Morgan Stanley Goes Prime For Big New European Property Fund
Morgan Stanley is in the middle of raising equity for a new core open-ended European property fund for institutional investors that will be the last piece in the jigsaw for its rejuvenated real estate business, Bisnow can reveal.
The investment management division of the bank is in the market securing capital for the Morgan Stanley Prime Property Fund Europe, market sources who have been briefed on the strategy told Bisnow. Earlier this year it poached Paddy Bingham from Invesco Real Estate to run the fund, and according to a post on LinkedIn, it is hiring further staff to manage the portfolio once it has started buying assets.
Capital raising for the fund started earlier this year, and a first slug of equity could be announced before the end of the year.
The fund will be the third regional open-ended fund buying prime assets managed by the company. The original Morgan Stanley Prime Property Fund is 47 years old and manages around $30B of assets in all real estate sectors across the U.S. The fund is part of the giant Odyssey index of U.S. open-ended core funds.
Such funds are much rarer in Europe and Asia, and Morgan Stanley is one of many managers that have launched new open-ended vehicles in these markets in recent years, including Nuveen and JP Morgan.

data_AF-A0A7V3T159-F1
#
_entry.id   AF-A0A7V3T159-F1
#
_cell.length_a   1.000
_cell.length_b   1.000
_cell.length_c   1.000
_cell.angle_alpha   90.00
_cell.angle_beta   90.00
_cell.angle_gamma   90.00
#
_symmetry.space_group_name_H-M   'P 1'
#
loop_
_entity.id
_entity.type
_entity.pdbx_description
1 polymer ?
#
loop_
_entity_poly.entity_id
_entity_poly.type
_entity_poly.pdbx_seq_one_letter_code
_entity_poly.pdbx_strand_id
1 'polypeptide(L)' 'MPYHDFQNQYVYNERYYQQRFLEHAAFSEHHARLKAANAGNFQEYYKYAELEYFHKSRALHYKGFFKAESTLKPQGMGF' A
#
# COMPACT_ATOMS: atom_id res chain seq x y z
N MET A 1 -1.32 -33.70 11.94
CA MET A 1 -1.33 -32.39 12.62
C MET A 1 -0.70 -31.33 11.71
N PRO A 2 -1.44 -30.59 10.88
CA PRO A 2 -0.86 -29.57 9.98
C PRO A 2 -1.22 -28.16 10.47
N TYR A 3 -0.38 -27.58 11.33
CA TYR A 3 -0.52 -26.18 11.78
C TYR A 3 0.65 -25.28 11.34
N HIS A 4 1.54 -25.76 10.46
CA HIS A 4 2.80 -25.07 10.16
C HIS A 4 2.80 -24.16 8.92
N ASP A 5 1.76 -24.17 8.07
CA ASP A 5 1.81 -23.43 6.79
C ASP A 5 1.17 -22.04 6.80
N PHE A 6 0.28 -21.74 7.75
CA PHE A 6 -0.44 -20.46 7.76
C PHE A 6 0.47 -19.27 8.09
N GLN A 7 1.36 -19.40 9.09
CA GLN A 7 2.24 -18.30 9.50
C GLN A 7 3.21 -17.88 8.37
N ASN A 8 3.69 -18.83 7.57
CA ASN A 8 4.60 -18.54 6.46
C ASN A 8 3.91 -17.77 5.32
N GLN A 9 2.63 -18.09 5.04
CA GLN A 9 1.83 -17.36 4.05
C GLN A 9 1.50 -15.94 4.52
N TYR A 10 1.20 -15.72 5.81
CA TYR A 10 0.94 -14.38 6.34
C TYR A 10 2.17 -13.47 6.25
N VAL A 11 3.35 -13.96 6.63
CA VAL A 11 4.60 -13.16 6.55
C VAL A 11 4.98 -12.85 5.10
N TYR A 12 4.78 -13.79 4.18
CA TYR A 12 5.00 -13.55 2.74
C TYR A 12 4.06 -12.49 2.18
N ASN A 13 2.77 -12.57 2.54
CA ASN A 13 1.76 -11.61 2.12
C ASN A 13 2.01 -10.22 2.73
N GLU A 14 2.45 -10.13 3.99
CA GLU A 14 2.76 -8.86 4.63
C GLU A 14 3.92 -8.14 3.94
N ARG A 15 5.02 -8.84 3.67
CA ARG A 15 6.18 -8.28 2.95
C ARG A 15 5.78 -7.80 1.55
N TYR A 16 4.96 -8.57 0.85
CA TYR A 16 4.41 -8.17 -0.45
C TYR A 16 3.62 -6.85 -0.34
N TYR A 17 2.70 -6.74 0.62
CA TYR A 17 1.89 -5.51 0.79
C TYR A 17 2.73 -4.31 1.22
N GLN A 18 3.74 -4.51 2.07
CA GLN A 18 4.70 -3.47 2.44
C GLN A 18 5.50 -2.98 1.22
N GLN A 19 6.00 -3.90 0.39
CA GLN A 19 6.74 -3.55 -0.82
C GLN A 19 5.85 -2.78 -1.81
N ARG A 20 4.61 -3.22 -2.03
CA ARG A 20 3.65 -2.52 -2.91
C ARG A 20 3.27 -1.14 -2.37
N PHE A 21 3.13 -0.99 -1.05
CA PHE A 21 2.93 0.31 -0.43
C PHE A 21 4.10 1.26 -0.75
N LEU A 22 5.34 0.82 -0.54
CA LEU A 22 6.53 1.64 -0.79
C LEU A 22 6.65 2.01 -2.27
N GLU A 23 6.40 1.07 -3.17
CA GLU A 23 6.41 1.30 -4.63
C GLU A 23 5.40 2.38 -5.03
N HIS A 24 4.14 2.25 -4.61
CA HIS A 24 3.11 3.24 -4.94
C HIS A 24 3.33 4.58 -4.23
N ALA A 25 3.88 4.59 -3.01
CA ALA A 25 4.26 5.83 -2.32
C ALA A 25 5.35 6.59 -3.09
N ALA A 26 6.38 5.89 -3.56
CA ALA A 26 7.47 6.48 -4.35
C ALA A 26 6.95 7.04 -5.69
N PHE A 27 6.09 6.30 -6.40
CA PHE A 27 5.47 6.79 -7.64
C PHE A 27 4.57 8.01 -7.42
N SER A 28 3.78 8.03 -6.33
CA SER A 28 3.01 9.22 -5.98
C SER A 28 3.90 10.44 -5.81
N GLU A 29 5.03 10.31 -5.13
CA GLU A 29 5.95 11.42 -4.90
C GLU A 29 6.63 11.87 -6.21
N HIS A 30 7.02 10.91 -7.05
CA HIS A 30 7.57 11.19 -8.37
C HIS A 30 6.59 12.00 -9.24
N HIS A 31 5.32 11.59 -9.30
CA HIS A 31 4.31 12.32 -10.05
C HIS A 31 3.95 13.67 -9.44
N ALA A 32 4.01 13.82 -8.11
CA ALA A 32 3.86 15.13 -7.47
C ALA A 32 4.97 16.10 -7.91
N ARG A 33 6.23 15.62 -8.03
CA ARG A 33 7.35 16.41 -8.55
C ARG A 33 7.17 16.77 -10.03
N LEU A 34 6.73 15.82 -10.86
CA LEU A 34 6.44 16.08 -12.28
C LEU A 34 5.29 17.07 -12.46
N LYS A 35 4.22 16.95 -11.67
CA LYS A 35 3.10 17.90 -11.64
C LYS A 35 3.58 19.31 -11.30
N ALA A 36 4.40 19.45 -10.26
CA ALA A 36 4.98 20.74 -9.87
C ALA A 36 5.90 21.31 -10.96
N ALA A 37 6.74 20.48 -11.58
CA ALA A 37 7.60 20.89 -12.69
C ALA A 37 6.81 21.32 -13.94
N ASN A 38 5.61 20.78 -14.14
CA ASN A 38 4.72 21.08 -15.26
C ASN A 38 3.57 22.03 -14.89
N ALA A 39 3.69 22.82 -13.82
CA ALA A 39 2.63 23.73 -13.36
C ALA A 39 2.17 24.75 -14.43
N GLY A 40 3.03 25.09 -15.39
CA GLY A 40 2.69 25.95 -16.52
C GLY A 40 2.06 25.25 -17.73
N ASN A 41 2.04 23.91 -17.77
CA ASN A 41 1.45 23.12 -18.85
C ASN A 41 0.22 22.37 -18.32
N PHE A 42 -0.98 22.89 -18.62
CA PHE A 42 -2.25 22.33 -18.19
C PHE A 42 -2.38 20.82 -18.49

Morgan Stanley launched its Prime Property Fund Asia in 2017 with an initial $650M in equity, and having established that vehicle, it is now turning its attention to Europe for a similar vehicle.
Like its counterparts in the U.S. and Asia, the fund would look to buy very safe assets in gateway cities using no debt, market sources with knowledge of the fund told Bisnow. Institutional investors are interested in these funds because they provide solid, safe returns, with some element of liquidity.
They are highly lucrative for investment managers because they provide a consistent source of fees compared to the income that comes from raising closed-ended funds, which is inherently more sporadic. A $1B fund might provide more than $10M in annual fees, which when capitalised at a multiple of earnings of 8-10x, gives the management of such a fund an enterprise value of around $100M.
The fund will be the final piece of Morgan Stanley’s global real estate strategy, sources said. Its business will have two prongs: the North Haven series of higher risk value-add/opportunistic real estate funds, and the three regional open-ended core funds.
It has built this strategy since the financial crisis, before which it was a purely opportunistic investor, with its funds hitting the buffers because of high levels of leverage.
Morgan Stanley declined to comment.